Chapter 6 Society and Culture
from the Massachusetts Bay Colony discuss Christianized Indians, called Praying
Indians, and the interaction of local Indian communities with the colony. Ike’s
family was mainly Anglican-Episcopalian and built St.
Augustine’s Episcopal Church in the 1890s in Asbury Park, NJ. At that time it was not unusual for taxes
be collected for the support of churches. It was the custom to profess belief in
a Protestant sect in order to be eligible for office.
formed states were deficient in clergy, professors and educated lay people since
many colonists were Loyalists and fled to other English territories during the
revolution of 1776. The nation consisted of about 30,000 Scotch Irish
Presbyterians, who had no love for the English, 5000 Jews in cities, and about
100 Catholic priests. This was a
time of keeping piety for the Sabbath, no work or amusements, no carriages in
Boston or Ocean
Grove of the 1880s.
prohibited recreation, travel, shopping, games, swearing and one could be fined
for not attending church. Other
days of the week permitted recreation, gambling, prizefighting, horseracing,
bowling greens, sports, cards, and checkers, riding horses and telling stories.
was the mission of the churches at the time since the law for public education
was passed in 1868 in NJ. When Ike was a boy in Eatontown, students learned to
read, write and do arithmetic at home or in church schools taught by ministers
or religious teachers. Lotteries were used to build church buildings, schools,
hospitals and roads. The first Kindergarten was founded in 1860 in Boston; however, it would
take another fifty years for the idea would spread to NJ.
academies taught by headmasters served boys ages nine to fourteen. These were
one-room schoolhouses where the Bible was read daily and discipline consisted of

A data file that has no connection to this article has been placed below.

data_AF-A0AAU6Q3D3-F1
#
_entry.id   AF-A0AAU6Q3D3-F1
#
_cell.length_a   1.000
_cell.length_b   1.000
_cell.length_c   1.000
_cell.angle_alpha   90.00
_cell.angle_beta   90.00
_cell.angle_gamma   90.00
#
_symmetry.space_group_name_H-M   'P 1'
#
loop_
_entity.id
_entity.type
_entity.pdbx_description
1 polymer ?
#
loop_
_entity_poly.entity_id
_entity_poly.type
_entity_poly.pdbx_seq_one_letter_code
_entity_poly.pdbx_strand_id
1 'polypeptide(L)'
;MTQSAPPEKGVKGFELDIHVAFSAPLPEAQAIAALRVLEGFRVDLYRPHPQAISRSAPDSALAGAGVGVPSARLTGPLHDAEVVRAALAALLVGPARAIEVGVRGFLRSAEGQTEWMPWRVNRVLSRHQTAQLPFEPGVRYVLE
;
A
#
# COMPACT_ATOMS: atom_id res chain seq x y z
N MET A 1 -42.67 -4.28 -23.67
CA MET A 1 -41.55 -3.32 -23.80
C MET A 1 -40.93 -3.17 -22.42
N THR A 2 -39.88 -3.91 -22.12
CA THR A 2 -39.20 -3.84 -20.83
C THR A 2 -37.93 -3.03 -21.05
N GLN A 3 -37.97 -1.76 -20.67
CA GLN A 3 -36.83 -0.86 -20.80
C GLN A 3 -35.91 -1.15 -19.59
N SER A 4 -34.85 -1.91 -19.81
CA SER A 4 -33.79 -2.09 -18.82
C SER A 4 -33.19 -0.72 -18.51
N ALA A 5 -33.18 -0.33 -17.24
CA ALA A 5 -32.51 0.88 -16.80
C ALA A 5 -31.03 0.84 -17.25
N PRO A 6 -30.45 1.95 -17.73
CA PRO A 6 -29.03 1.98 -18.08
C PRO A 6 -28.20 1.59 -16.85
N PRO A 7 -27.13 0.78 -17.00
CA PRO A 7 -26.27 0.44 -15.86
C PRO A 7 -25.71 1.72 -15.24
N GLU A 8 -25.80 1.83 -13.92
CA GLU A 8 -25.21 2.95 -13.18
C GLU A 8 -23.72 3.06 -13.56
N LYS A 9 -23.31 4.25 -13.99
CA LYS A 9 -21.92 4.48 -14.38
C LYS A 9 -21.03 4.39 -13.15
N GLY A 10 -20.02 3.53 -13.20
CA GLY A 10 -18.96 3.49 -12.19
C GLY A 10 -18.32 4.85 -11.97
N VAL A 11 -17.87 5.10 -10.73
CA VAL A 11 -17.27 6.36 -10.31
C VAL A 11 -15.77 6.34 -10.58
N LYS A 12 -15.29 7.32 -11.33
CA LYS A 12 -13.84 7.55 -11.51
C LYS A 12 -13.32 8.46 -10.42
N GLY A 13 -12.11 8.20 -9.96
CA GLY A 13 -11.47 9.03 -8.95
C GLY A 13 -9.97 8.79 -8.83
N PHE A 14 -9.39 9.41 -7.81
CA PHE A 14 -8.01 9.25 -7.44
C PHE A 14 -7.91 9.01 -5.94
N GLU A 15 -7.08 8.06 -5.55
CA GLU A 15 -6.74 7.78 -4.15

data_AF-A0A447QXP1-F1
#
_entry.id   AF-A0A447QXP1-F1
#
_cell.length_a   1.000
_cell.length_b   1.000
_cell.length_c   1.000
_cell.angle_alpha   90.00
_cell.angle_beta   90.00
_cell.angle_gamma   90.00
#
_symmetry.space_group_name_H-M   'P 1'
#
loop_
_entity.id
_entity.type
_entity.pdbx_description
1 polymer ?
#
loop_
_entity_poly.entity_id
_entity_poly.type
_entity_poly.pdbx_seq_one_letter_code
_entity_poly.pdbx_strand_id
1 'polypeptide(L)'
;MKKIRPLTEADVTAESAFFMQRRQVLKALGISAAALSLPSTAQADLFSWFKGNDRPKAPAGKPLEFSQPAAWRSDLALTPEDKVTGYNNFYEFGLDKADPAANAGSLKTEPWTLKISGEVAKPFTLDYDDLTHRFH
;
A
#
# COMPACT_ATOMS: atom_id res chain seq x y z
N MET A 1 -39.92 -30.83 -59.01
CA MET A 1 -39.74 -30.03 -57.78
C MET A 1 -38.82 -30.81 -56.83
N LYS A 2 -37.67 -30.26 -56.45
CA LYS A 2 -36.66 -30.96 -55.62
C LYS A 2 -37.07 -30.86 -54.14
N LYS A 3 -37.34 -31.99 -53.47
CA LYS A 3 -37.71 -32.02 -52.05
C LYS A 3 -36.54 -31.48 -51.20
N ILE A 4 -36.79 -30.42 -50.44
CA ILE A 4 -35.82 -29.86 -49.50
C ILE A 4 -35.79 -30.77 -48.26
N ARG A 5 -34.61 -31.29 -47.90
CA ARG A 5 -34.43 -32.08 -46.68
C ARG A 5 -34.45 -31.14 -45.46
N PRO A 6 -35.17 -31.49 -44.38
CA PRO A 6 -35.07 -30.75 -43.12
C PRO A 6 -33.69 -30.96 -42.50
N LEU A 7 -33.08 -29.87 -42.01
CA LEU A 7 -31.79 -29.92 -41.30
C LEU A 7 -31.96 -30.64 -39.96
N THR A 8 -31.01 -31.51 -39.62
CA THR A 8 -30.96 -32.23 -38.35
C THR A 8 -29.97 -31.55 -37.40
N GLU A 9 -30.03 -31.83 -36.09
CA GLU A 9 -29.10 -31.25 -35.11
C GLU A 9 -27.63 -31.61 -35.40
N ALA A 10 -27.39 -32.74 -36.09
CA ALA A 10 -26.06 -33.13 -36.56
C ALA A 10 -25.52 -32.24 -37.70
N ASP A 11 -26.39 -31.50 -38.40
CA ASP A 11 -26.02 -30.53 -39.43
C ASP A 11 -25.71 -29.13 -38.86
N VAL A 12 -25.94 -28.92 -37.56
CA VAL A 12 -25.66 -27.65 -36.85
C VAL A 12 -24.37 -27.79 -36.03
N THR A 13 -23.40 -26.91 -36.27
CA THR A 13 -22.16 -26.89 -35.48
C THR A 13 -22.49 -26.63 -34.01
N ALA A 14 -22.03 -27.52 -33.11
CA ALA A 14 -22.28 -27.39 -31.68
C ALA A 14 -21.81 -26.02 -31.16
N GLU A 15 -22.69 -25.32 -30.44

whipping, flogging and punishments. There were long benches and tables for
written work in ink since lead pencils were too expensive. Slates had not been introduced in 1815
and paper was very expensive. Girls were educated in home skills, not academics
until the New Jersey Public Schools law opened education for both sexes in 1868.
took place by rote and memorization. By 1815 Webster’s Dictionary, the first to
standardize spelling and pronunciation, sold five million copies. Subjects were
taught orally without books. In 1818 a Girls Seminary started in Massachusetts and the first high school was started in
Boston in 1821.
Education for girls was a foreign concept. Teachers were male, paid by taxes and
boarded by local families. A woman teacher was paid $4.20 a month since the
profession of teaching was considered effortless and made for an easy life with
no manual labor.
Ike uses dollars, cents,
half-cents and shillings when recording transactions in his account book of
1855. Scores of different kinds of currency were issued at the time. Failing to
pay debts was punished by imprisonment, although bankruptcies were not a
York incarcerated thirty-four debtors in 1815 and each
was responsible for providing his own food. The main vice at the time was
drunkenness. Wines were imported since there were no local vineyards. The
unfortunates, paupers, orphans, foundlings, sick, insane and unemployed were
sent to almshouses.
One hospital opened in
1815 but was unsanitary and overcrowded. The main treatment for any sickness was
bloodletting by a barber. A vein in the arm, neck or foot would be cut to let
out the bad blood. The most common diseases were diphtheria, decayed teeth and
gout. The idea for smallpox vaccinations appeared in 1807. There was no
anesthesia until 1846. Dueling was the custom used to settle disputes in the
middle and southern states although rare in New
England. Common punishments for crimes included whippings not
(voting) stipulations included ownership of property, payment of taxes, being of
white race, upper class and male gender, eliminated all renters, all other
races, middle and lower classes and all females. Many censuses inaccurately
listed the Richardsons as white. Hundreds of European
workers migrated to the shore to work in small industries.
Such was the
world in the1800s that surrounded Isaac and Elizabeth Revey